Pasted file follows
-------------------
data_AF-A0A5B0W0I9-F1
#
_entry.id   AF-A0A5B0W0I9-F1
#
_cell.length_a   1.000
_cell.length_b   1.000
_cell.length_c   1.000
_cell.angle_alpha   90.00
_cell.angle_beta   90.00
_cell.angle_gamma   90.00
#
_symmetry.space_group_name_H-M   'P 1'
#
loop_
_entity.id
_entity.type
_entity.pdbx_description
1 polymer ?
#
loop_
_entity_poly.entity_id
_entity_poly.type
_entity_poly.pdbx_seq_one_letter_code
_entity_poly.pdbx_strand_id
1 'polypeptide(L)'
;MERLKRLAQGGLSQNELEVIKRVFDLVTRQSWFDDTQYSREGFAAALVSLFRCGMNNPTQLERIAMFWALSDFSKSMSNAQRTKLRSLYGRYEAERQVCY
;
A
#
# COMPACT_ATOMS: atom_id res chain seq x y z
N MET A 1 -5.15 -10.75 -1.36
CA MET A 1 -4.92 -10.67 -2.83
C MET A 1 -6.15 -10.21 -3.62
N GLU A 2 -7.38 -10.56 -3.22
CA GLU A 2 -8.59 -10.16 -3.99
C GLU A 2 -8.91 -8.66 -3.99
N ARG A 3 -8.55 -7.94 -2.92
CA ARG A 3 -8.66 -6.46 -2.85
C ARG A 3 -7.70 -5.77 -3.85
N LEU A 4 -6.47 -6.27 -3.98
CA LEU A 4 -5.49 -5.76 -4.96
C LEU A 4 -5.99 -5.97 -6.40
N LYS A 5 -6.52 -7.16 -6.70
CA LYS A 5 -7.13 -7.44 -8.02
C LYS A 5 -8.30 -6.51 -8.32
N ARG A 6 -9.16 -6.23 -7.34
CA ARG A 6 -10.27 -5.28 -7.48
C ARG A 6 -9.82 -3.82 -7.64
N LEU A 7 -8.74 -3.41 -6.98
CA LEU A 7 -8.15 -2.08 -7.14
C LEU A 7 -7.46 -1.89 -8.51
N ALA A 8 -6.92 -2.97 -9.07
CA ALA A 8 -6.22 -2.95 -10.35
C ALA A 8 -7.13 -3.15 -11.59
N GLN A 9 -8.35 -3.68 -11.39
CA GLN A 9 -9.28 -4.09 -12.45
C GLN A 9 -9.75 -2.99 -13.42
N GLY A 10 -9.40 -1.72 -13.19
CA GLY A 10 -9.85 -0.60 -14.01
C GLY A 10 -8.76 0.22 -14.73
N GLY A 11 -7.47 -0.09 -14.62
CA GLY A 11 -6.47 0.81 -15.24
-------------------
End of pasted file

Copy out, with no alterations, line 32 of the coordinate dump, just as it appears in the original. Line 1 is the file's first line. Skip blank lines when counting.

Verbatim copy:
CA MET A 1 -4.92 -10.67 -2.83